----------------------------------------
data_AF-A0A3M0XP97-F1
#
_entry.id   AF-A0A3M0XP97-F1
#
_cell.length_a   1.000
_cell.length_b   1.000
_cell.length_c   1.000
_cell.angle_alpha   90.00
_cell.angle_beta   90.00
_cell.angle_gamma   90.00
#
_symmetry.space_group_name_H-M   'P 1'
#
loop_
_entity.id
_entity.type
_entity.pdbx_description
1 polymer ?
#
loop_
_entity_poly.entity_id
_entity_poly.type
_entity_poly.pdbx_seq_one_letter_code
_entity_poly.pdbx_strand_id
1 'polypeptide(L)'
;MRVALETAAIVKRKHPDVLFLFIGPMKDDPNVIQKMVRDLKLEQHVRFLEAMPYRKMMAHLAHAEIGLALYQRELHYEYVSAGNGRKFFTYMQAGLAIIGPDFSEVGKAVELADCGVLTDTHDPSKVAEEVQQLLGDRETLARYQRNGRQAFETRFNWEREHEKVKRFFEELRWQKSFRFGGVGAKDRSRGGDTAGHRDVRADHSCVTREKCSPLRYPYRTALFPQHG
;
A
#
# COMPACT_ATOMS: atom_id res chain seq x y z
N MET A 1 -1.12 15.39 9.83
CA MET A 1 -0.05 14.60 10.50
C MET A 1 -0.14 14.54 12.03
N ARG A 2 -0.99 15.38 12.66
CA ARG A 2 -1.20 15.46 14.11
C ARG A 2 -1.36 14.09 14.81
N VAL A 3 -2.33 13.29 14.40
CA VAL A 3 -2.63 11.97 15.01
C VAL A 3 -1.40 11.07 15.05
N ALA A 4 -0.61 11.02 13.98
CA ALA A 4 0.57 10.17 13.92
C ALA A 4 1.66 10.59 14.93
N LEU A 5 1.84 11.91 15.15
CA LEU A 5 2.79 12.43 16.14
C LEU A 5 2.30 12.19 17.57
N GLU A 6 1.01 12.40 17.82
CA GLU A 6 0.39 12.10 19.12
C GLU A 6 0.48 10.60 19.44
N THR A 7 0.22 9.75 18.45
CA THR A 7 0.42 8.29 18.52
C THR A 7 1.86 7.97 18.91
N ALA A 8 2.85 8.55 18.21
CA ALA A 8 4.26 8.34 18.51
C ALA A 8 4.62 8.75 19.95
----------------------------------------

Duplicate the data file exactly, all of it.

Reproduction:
data_AF-A0A3M0XP97-F1
#
_entry.id   AF-A0A3M0XP97-F1
#
_cell.length_a   1.000
_cell.length_b   1.000
_cell.length_c   1.000
_cell.angle_alpha   90.00
_cell.angle_beta   90.00
_cell.angle_gamma   90.00
#
_symmetry.space_group_name_H-M   'P 1'
#
loop_
_entity.id
_entity.type
_entity.pdbx_description
1 polymer ?
#
loop_
_entity_poly.entity_id
_entity_poly.type
_entity_poly.pdbx_seq_one_letter_code
_entity_poly.pdbx_strand_id
1 'polypeptide(L)'
;MRVALETAAIVKRKHPDVLFLFIGPMKDDPNVIQKMVRDLKLEQHVRFLEAMPYRKMMAHLAHAEIGLALYQRELHYEYVSAGNGRKFFTYMQAGLAIIGPDFSEVGKAVELADCGVLTDTHDPSKVAEEVQQLLGDRETLARYQRNGRQAFETRFNWEREHEKVKRFFEELRWQKSFRFGGVGAKDRSRGGDTAGHRDVRADHSCVTREKCSPLRYPYRTALFPQHG
;
A
#
# COMPACT_ATOMS: atom_id res chain seq x y z
N MET A 1 -1.12 15.39 9.83
CA MET A 1 -0.05 14.60 10.50
C MET A 1 -0.14 14.54 12.03
N ARG A 2 -0.99 15.38 12.66
CA ARG A 2 -1.20 15.46 14.11
C ARG A 2 -1.36 14.09 14.81
N VAL A 3 -2.33 13.29 14.40
CA VAL A 3 -2.63 11.97 15.01
C VAL A 3 -1.40 11.07 15.05
N ALA A 4 -0.61 11.02 13.98
CA ALA A 4 0.57 10.17 13.92
C ALA A 4 1.66 10.59 14.93
N LEU A 5 1.84 11.91 15.15
CA LEU A 5 2.79 12.43 16.14
C LEU A 5 2.30 12.19 17.57
N GLU A 6 1.01 12.40 17.82
CA GLU A 6 0.39 12.10 19.12
C GLU A 6 0.48 10.60 19.44
N THR A 7 0.22 9.75 18.45
CA THR A 7 0.42 8.29 18.52
C THR A 7 1.86 7.97 18.91
N ALA A 8 2.85 8.55 18.21
CA ALA A 8 4.26 8.34 18.51
C ALA A 8 4.62 8.75 19.95